To characterize the diurnal oscillation characteristics of the B. napus genome, we generated high-quality gene expression and histone modification datasets using RNA-seq and ChIP-seq before the onset of flowering. We discovered that the expression of protein-coding genes, histone modifications (H3K4me3, H3K9ac), and RNAPII recruitment exhibited robust diurnal oscillations. While the gene expression and active histone modifications of the An subgenome were higher than those of the Cn subgenome [32], we observed that the diurnal oscillation of the Cn subgenome was more potent than that of the An subgenome. Compared to B. rapa, one of B. napus’ ancestors, we found extensive changes in the A genome’s circadian oscillatory signature of genes. Furthermore, we found that the differences in diurnal oscillations of expression of homologous genes were associated with changes in various histone modifications during the circadian cycle. Our study analyzes the circadian oscillatory signature of transcription and histone modifications in allopolyploid species, providing insights into genome duplication and the resulting redundancy of biological clock genes, diurnal oscillation differences between subgenomes, and differences in the diurnal oscillation of expression of homologous genes.

Results

Robust diurnal oscillation of protein-coding genes in B. napus

We collected samples every 4 h over 2 full diurnal cycles under stable meteorological conditions (Additional file 1: Fig. S1) to generate high-quality transcriptomes of B. napus by RNA-seq. We aimed to detect the circadian oscillatory signature of protein-coding gene expression. Using one of the latest high-quality reference genome assembly results [33], we mapped 96,921 protein-coding genes in allotetraploid B. napus on 10 chromosomes in the An subgenome and 9 chromosomes in the Cn subgenome. To quantify gene expression, we used a deep neural network (DNN)-based machine learning method called BIO_CYCLE [34, 35] and measured transcripts per million (TPM). We detected 22,445 rhythmic genes (23.16%, out of 96,921 protein-coding genes) with q values <0.05 and a period of 20 to 28 h (Fig. 1C). Among the protein-coding genes, 18,623 genes (19.21%) were not expressed within 1 week before the flowering transition (Fig. 1A). We also detected 63,016 rhythmic exons (14.00%, of 450,037 exons) and 5491 rhythmic introns (4.96%, of 110,639 introns) at the transcript level (Fig. 1G). We also investigated diurnal oscillations at the transcript level. Throughout the genome, 22,061 genes exhibited diurnal oscillations in their exonic expression, with 97.17% (21,436) classified as rhythmic genes. Additionally, 3817 genes showed diurnal oscillations in their intronic expression, with 86.61% (3,306) classified as rhythmic genes. A total of 3143 genes exhibited diurnal oscillations in both exonic and intronic regions. However, due to variations in the oscillation phases of complex transcripts, 99.52% (3,128) of these are categorized as rhythmic genes (Fig. 1B). Since intronic signals can be interpreted as pre-mRNA expression or nascent transcriptional events [36], and exonic signals as mRNA transcriptional events [7], we believe that the diurnal oscillation of gene expression can be attributed to the diurnal oscillation of exons (Fig. 1E).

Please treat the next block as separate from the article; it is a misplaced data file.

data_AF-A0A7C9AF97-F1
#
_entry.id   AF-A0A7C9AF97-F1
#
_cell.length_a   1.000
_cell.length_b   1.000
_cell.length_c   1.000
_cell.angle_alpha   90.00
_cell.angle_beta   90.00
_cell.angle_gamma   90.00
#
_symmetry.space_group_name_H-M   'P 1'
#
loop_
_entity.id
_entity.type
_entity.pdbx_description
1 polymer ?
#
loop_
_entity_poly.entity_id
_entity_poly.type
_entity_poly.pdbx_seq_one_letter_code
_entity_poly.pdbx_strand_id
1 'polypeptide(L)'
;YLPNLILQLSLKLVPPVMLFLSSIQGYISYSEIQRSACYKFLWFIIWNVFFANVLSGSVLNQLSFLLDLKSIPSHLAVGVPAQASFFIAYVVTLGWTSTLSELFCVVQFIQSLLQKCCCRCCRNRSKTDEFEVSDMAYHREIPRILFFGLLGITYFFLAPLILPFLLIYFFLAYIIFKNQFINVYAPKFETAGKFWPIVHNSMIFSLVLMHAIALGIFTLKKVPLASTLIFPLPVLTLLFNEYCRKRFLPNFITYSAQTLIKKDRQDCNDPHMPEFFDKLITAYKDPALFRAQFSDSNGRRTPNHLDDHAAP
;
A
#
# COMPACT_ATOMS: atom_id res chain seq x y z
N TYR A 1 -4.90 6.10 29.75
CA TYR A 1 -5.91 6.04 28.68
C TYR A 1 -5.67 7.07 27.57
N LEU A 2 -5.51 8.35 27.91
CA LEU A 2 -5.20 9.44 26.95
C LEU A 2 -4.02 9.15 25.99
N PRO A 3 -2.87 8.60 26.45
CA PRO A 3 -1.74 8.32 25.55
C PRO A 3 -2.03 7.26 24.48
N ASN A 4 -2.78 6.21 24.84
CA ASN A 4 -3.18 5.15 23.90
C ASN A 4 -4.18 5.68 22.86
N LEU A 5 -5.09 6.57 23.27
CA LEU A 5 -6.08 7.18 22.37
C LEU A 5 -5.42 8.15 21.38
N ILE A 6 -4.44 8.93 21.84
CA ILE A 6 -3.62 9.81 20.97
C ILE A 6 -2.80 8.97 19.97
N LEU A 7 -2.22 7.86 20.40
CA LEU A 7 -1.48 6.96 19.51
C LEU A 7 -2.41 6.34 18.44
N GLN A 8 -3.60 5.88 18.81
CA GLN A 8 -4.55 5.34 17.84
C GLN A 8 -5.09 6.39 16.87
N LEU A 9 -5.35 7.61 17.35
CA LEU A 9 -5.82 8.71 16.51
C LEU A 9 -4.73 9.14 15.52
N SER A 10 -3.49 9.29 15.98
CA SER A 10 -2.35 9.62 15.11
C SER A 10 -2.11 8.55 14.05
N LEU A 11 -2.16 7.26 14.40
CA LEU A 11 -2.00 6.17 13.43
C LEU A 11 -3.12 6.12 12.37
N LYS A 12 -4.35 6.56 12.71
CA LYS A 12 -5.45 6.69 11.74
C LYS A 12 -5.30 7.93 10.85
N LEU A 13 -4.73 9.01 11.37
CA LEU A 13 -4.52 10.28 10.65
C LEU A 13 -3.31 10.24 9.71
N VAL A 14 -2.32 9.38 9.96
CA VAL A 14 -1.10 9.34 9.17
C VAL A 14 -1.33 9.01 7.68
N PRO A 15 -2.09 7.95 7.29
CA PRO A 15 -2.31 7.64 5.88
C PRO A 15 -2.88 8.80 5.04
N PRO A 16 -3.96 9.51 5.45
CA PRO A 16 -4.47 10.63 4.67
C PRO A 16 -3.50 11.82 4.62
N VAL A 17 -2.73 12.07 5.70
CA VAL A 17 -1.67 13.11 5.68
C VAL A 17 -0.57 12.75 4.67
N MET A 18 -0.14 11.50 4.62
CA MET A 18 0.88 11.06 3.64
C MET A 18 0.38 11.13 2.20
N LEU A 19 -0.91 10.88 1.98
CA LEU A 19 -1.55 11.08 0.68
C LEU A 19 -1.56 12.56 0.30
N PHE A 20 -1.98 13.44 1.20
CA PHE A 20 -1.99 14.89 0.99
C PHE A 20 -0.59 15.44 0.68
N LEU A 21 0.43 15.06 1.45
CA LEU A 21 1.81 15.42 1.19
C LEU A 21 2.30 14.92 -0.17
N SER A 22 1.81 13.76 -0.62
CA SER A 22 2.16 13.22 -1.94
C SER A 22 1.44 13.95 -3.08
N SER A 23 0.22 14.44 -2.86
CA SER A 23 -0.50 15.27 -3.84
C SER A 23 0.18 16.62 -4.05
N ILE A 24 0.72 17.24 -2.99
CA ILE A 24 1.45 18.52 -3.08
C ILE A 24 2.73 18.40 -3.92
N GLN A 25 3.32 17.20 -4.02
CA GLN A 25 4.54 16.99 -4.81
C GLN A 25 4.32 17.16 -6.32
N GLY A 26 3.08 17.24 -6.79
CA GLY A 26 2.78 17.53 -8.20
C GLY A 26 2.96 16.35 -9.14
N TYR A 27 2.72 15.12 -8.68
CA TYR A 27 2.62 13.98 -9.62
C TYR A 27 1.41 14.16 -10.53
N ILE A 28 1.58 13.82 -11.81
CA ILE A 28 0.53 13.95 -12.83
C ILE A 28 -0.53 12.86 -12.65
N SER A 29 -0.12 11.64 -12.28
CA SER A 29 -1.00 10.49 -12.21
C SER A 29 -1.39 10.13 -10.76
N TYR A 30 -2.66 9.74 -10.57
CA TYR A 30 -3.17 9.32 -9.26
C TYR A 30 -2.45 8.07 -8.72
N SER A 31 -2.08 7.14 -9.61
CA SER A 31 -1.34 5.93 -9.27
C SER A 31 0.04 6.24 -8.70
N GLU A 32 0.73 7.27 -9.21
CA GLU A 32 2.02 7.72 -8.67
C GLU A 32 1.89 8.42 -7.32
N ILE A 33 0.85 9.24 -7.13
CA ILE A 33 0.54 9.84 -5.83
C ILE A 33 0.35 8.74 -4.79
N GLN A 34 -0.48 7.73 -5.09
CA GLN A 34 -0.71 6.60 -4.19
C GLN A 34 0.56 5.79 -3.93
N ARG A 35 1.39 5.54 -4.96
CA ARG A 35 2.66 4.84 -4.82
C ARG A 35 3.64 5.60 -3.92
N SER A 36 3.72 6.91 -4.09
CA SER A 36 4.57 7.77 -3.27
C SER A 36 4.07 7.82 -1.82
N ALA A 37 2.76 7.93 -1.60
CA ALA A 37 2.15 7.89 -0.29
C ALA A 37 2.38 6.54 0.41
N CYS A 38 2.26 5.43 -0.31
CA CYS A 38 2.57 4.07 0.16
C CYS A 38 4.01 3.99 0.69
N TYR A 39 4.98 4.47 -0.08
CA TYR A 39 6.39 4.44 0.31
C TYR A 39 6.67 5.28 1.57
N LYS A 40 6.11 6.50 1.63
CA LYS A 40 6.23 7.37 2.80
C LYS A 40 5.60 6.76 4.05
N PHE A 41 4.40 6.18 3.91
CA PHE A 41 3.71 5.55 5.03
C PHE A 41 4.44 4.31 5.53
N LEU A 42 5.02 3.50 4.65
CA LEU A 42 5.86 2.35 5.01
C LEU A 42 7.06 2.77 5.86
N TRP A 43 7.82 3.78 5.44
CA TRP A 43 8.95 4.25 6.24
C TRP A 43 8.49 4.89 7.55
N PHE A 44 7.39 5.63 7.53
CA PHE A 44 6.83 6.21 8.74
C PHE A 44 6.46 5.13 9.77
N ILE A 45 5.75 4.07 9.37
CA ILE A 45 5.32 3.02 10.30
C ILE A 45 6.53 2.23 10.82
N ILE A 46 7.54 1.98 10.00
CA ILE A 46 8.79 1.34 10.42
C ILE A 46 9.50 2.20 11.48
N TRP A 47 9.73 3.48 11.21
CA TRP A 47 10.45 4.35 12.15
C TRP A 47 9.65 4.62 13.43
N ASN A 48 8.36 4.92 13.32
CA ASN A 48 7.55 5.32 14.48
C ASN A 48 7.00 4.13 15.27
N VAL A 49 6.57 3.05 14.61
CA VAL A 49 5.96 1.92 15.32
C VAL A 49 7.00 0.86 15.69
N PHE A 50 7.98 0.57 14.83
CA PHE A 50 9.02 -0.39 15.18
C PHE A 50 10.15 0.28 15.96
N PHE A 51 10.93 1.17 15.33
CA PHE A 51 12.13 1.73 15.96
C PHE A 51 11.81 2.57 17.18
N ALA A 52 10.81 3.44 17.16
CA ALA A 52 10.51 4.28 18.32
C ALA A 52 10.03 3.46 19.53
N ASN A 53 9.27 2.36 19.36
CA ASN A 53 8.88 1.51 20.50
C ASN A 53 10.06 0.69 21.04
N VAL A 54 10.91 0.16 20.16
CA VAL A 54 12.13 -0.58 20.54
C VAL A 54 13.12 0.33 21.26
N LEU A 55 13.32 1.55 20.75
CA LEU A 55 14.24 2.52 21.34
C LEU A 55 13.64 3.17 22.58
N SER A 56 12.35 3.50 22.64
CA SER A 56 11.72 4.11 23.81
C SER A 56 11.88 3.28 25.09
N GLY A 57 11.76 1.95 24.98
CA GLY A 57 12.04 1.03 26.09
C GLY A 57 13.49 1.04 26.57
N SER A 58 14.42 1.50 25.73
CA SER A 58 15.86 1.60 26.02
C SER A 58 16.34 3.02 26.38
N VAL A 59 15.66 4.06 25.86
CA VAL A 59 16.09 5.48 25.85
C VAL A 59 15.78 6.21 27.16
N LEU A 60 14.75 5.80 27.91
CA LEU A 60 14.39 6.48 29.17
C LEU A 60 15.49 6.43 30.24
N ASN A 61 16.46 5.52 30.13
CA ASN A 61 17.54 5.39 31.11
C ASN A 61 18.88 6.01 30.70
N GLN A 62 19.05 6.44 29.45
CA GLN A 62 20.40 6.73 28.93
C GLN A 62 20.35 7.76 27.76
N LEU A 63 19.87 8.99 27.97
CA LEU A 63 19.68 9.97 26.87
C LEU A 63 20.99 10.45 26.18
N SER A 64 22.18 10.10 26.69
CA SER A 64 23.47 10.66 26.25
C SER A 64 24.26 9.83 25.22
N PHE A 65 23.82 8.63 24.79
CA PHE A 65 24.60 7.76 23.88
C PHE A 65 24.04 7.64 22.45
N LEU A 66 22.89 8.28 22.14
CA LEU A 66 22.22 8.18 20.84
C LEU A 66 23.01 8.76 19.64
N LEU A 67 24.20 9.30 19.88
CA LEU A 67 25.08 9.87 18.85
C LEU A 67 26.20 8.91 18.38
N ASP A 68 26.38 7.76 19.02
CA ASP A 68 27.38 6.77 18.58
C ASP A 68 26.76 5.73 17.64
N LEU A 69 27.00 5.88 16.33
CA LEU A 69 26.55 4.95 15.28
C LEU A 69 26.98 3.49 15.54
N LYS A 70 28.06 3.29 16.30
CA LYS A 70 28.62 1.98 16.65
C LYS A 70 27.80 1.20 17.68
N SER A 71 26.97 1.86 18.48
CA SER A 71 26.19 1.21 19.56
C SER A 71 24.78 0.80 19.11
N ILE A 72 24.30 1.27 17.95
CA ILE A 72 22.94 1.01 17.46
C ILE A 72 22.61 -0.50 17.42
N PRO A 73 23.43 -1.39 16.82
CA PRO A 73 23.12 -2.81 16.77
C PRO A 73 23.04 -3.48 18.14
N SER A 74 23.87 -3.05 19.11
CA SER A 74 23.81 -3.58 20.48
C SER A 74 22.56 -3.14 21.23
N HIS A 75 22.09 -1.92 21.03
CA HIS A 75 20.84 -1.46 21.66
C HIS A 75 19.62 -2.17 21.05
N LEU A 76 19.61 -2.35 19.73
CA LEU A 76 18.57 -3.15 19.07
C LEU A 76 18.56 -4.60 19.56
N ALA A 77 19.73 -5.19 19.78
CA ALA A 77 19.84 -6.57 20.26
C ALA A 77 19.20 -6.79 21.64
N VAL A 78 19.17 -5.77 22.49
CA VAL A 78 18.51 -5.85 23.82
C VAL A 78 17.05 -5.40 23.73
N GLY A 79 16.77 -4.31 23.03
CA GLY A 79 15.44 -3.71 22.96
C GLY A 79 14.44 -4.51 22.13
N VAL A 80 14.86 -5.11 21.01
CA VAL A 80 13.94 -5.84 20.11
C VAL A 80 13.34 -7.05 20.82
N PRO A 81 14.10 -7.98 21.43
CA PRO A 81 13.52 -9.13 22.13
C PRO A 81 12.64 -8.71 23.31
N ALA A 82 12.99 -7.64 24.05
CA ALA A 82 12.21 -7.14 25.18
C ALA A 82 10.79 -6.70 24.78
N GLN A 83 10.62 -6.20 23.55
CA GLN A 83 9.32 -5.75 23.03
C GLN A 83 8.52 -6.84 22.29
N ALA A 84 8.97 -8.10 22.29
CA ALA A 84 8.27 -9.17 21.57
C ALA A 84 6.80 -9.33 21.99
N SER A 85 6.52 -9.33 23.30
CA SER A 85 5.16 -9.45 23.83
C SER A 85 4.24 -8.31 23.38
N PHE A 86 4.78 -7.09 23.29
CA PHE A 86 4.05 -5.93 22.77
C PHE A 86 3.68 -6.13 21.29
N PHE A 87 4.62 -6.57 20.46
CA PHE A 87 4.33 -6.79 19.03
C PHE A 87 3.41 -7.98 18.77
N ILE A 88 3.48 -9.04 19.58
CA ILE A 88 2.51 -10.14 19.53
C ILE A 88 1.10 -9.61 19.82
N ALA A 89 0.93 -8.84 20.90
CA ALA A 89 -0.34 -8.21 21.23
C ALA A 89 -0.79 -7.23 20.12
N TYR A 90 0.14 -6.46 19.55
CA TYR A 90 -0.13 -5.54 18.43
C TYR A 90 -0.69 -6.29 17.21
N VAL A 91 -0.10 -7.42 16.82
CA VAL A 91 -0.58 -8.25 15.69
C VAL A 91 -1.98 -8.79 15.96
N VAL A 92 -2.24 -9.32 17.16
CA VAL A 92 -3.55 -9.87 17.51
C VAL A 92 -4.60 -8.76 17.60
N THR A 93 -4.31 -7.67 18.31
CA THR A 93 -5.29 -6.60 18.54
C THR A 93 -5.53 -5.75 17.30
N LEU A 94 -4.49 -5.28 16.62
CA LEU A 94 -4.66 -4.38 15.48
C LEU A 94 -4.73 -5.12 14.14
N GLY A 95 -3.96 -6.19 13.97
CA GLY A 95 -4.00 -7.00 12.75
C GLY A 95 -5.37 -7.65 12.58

Fig. 1
figure 1

Diurnal oscillation characteristics of protein-coding gene transcription in B. napus. A Proportions of genes with different expression signatures of protein-coding genes in B. napus. B The number of genes with overlapping rhythmic exons and introns. C The heatmap illustrates the diurnal oscillation of gene expression in rhythmic genes. D A frequency plot percentage of rhythmic genes with peak expression phase binned in 4h over 24h is presented. E The phase distribution of rhythmic genes, rhythmic exons, and rhythmic introns. F Spatial-specific clustering of time-series curves of rhythmic gene transcription. G Overlapping genes with oscillating exons and introns overlap with rhythmic genes. H Features of gene transcription at the indicated time point of LHY. (From left to right, they are BnaA10G0008600ZS, BnaC03G0001300ZS, and BnaC05G0010100ZS) I Diurnal fluctuations in high-amplitude homologous gene expression of LHY. (The red line represents BnaA10G0008600ZS, the blue line represents BnaC03G0001300ZS, and the green line represents BnaC05G0010100ZS) J Comparing amplitude, peak-to-trough ratio, and median of rhythmic gene expression with global gene expression